Older kids might ask if pets go immediately into heaven without dying first like humans do; explain that animals live shorter lives than humans do and therefore have less time on earth before going up above where Mommy/Daddy is now with God watching over us all together again someday soon!

Ways to Reassure Your ChildrenImportance
Remind them that they’re lovedHelps them feel secure and supported
Provide a sense of routineGives them a feeling of stability during a difficult time
Encourage positive memories and experiencesHelps to shift their focus from the grief to happy times in the past

Be Patient And Understanding

Be patient and understanding. Don’t force them to do things they don’t want to do, and don’t expect them to act like nothing happened. 

If your child is upset about losing a loved one, it’s okay for them to cry or be sad for a long time. Don’t try to make them happy all the time when you know they’re sad that won’t help anyone! Instead, let your child grieve in his own way and at his own pace.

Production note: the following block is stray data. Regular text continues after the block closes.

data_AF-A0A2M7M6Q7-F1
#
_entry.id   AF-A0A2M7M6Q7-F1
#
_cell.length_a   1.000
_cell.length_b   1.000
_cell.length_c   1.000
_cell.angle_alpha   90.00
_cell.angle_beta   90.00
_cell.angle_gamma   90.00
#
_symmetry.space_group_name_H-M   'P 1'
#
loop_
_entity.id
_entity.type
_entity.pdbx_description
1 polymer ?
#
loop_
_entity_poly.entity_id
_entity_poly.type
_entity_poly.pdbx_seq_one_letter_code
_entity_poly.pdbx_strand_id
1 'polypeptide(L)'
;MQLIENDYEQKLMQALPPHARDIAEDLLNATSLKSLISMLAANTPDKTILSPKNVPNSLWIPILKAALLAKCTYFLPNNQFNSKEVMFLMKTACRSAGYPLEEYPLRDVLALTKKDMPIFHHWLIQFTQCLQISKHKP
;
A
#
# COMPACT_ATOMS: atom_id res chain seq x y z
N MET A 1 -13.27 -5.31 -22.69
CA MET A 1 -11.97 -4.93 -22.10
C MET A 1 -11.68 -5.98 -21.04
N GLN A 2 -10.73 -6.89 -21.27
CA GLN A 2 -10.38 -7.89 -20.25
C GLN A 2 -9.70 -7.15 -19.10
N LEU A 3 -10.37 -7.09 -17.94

Allow Your Children To Express Their Grief In Different Ways

Allow your children to express their grief in different ways. Children grieve in different ways, and it can be difficult for parents to know when their child is experiencing grief or another emotion. 

It is important not to try and force a child into an adult way of coping with loss; instead, help them find the best way for them. 

Some children may want to talk about what happened, while others may want to avoid talking about it at all costs.